Please, give me a link on a source that says stealth bombers' trick is their paintjob. If their paintjob was absorb the radar-waves, it only means the bomber is more easily discerned on thermal scans - you know, the easily accessible tech nowadays. If you confused infrared stealth on frigates with infrared stealth on bombers, you did something terribly wrong. But you do know that FRIGATES in our world are ships and not spaceships, right??? I hope you do.
Radar-Cross-Section reduction means the Bomber won't be seen until a certain range from the radar, NOT that it will be invisible from it full way. It's why the Locheed Stealth Fighters have a lot of speed. And again, they are built for being used with intelligence. They won't approach a position like it's a Battlefield game session. Also, the aircraft's shape? Yeah, it only reduces the signature radius on the radar, possibly confusing radar operators thinking it's a bird, you know, it's Stealth, not Magic.
Now, if you confused Aircraft exterior design for the paintjob itself, you are totally, hilariously, wrong. Stealth Pilots wear bulky suits, cause the stealth bombers are built to trap radiation from radars inside them in order to mitigate reflecting it - for a certain length of time, this is not the MAss Effect space-magic universe, heat-sinks eventually melt. And even then, if the ship is scanned by mobile radars - they exist - or UAVs that fly above them (yes they do), the stealth bomber's wooping 50 meters WINGSPAN is not gonna do it any good. It's gonna stand out like a thief dressed in black in a Pink Panther furry convention.
Look i really didn't want to get into a debate i just wanted some source about your info.
But ill bite:
Your original statement: "Not really, the paint job is just a visual detection hinderance...."
The B-2 has two major defenses against radar detection. The first element is the plane's radar-absorbent surface. The radio waves used in radar are electromagnetic energy, just like light waves. In the same way that certain materials absorb light very well (black paint, for example), some materials are particularly good at absorbing radio waves. The B-2's body is mainly composed of composite material -- combinations of various lightweight substances. The composite material used in the B-2 bomber is specifically designed to absorb radio energy with optimum efficiency. Parts of the B-2, such as the leading edge, are also covered in advanced radio-absorbent paint and tape. These materials are very expensive, and the Air Force has to reapply them regularly. After every flight, repair crews have to spend many hours examining the B-2 to make sure it's fit for stealth missions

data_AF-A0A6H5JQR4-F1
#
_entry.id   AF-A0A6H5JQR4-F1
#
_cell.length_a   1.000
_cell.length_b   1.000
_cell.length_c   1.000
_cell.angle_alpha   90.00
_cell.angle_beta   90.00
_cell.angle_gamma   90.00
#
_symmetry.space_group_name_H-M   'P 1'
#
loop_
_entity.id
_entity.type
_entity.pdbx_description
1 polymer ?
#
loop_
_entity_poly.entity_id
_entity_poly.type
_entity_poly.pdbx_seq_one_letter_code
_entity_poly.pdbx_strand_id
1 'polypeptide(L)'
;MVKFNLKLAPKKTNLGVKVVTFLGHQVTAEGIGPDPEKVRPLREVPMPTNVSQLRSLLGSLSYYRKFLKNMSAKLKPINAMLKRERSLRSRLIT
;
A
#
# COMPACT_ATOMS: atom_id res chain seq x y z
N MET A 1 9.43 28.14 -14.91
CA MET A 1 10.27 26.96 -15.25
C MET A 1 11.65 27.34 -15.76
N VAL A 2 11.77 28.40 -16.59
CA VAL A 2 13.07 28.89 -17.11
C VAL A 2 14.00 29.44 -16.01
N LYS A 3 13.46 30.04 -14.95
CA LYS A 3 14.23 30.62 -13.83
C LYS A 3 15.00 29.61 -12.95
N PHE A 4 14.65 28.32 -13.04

Radar-absorbent material (RAM), often as paints, are used especially on the edges of metal surfaces. While the material and thickness of RAM coatings can vary, the way they work is the same: absorb radiated energy from a ground or air based radar station into the coating and convert it to heat rather than reflect it back. Current technologies include dielectric composites and metal fibers containing ferrite isotopes. Paint comprises depositing pyramid like colonies on the reflecting superficies with the gaps filled with ferrite-based RAM. The pyramidal structure deflects the incident radar energy in the maze of RAM. A commonly used material is known as "Iron Ball Paint‟. Iron ball paint contains microscopic iron spheres that resonate in tune with incoming radio waves and dissipate the majority of their energy as heat, leaving little to bounce back to detectors. FSS are planar periodic structures that behave like filters to electromagnetic energy. The considered frequency selective surfaces are composed of conducting patch elements pasted on the ferrite layer. FSS are used for filtration and microwave absorption.
Im not sure what your heat sink comment is about, i would assume the amount of heat generated by this approach is not easily detectable as it is probably dissipated into the air. The B-2 is capable of all-altitude attack missions up to 50,000 feet. Air temp at 50k is -70F (http://www.engineeri...here-d_604.html)
Its not the primary source of radar reduction but it is relevant and important enough that they spend a lot of money developing RAM paints and maintaining them on these plans.
As far as this statement: "If the radar beams hit them on the side, they are going to be visible. It's science, not magic after all"
The stealth bomber's peculiar shape deflects radio beams in both ways. The large flat areas on the top and bottom of the plane are just like tilted mirrors. These flat areas will deflect most radio beams away from the station, presuming the station isn't directly beneath the plane.
The plane itself also works like a curved mirror, particularly in the front section. The entire plane has no sharp, angled edges -- every surface is curved in order to deflect radio waves. The curves are designed to bounce almost all radio waves away at an angle.
All in all i just asked for where you got this info cause I was mostly curious about it. Maybe my googling is all wrong just asked for source about where you go your info. Doesn't need to turn into a whole debate, just post some links.